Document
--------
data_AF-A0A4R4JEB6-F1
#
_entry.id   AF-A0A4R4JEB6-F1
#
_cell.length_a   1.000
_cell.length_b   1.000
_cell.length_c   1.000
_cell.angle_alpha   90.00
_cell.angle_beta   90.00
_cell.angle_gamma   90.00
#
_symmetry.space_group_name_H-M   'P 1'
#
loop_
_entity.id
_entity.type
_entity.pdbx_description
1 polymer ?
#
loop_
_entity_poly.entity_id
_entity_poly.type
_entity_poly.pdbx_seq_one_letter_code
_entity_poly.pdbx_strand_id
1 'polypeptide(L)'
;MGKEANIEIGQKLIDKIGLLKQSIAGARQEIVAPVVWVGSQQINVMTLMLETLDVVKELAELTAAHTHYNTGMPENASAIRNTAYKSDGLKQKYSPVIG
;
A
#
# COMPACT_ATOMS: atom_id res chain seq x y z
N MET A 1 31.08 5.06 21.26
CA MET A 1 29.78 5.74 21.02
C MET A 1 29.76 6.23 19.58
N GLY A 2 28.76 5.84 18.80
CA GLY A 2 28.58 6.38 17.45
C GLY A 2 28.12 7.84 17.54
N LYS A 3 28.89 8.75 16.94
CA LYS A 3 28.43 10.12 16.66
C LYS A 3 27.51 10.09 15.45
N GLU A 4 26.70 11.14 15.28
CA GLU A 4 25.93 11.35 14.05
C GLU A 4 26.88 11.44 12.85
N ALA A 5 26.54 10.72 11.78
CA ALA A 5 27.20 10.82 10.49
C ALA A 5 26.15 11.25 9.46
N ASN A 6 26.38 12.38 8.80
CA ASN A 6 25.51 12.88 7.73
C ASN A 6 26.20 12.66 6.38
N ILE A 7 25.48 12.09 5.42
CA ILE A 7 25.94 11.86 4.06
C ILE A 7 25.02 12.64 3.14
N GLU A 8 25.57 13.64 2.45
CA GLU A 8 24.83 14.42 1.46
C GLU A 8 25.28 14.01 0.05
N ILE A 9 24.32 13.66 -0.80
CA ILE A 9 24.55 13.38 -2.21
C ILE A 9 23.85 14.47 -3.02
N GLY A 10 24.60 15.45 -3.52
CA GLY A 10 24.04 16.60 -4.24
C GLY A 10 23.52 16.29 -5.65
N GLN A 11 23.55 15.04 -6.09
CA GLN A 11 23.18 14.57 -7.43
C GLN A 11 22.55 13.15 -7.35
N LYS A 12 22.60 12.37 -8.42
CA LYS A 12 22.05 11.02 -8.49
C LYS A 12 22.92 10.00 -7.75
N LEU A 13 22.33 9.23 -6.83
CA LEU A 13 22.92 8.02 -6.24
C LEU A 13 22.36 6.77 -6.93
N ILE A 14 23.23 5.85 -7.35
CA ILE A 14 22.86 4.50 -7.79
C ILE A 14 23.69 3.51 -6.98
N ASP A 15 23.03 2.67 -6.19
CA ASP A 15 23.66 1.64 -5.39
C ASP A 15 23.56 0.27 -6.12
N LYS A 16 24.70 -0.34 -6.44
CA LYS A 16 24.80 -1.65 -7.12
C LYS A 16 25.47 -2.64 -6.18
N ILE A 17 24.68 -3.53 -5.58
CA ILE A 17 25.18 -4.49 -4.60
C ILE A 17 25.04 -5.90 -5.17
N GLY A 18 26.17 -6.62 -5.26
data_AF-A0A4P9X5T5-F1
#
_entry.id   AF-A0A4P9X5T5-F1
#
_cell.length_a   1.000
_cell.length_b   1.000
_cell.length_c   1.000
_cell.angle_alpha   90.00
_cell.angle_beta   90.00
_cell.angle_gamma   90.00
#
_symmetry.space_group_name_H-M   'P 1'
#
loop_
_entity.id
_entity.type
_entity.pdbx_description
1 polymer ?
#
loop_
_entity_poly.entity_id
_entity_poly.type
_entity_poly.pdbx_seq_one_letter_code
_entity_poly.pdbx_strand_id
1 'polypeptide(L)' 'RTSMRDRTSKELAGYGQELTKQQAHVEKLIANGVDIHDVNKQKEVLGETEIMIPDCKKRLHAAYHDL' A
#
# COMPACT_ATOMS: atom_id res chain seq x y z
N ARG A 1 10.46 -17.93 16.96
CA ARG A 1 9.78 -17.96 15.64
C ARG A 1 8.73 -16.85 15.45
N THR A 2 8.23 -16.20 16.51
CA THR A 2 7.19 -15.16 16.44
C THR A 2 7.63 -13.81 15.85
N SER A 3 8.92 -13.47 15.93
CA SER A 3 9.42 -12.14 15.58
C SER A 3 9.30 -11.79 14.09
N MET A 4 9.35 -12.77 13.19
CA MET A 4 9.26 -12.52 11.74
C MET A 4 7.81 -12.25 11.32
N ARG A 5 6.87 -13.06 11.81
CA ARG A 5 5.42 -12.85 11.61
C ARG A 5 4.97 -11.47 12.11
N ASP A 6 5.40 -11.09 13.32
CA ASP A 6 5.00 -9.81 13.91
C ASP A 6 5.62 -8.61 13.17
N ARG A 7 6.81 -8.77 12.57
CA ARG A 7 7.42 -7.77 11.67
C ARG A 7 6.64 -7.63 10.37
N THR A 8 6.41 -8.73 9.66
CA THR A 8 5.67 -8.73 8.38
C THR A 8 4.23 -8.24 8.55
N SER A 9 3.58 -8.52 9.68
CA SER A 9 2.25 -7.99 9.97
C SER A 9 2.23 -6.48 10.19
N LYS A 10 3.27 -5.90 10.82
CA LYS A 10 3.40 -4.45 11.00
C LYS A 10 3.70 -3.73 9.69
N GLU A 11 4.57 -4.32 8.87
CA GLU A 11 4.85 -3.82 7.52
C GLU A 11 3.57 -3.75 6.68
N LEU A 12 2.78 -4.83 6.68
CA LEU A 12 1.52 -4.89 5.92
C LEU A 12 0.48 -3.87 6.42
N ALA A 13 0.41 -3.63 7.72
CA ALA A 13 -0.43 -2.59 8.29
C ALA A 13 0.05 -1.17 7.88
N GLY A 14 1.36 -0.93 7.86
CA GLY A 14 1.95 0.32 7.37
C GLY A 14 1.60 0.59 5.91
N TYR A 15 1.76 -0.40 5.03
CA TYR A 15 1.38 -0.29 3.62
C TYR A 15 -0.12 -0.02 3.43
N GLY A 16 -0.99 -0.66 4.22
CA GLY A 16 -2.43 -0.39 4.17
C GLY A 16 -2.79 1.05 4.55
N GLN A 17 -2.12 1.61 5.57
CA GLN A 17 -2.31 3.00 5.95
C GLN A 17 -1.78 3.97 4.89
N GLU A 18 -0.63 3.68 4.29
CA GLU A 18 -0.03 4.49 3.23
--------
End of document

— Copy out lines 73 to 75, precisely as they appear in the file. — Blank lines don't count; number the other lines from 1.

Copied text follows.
N ASP A 15 23.03 2.67 -6.19
CA ASP A 15 23.66 1.64 -5.39
C ASP A 15 23.56 0.27 -6.12